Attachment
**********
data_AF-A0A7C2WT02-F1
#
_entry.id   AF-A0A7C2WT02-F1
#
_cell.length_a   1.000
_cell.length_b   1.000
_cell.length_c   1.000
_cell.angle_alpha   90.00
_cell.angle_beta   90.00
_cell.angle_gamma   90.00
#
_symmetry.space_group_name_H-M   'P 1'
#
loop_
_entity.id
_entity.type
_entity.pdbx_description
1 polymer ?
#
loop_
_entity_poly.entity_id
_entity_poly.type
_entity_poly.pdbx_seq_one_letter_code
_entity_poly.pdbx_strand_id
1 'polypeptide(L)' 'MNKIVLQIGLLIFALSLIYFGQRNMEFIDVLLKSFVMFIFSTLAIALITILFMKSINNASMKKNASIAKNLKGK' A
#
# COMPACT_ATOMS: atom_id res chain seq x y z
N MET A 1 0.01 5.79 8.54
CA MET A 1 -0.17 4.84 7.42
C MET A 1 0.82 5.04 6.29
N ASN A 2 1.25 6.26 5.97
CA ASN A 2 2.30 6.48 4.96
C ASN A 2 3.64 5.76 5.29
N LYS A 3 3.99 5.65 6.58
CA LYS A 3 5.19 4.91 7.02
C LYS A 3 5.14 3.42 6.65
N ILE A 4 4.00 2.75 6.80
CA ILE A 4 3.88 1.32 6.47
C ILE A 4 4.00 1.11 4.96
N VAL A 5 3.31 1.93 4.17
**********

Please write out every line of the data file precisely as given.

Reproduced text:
data_AF-A0A7C2WT02-F1
#
_entry.id   AF-A0A7C2WT02-F1
#
_cell.length_a   1.000
_cell.length_b   1.000
_cell.length_c   1.000
_cell.angle_alpha   90.00
_cell.angle_beta   90.00
_cell.angle_gamma   90.00
#
_symmetry.space_group_name_H-M   'P 1'
#
loop_
_entity.id
_entity.type
_entity.pdbx_description
1 polymer ?
#
loop_
_entity_poly.entity_id
_entity_poly.type
_entity_poly.pdbx_seq_one_letter_code
_entity_poly.pdbx_strand_id
1 'polypeptide(L)' 'MNKIVLQIGLLIFALSLIYFGQRNMEFIDVLLKSFVMFIFSTLAIALITILFMKSINNASMKKNASIAKNLKGK' A
#
# COMPACT_ATOMS: atom_id res chain seq x y z
N MET A 1 0.01 5.79 8.54
CA MET A 1 -0.17 4.84 7.42
C MET A 1 0.82 5.04 6.29
N ASN A 2 1.25 6.26 5.97
CA ASN A 2 2.30 6.48 4.96
C ASN A 2 3.64 5.76 5.29
N LYS A 3 3.99 5.65 6.58
CA LYS A 3 5.19 4.91 7.02
C LYS A 3 5.14 3.42 6.65
N ILE A 4 4.00 2.75 6.80
CA ILE A 4 3.88 1.32 6.47
C ILE A 4 4.00 1.11 4.96
N VAL A 5 3.31 1.93 4.17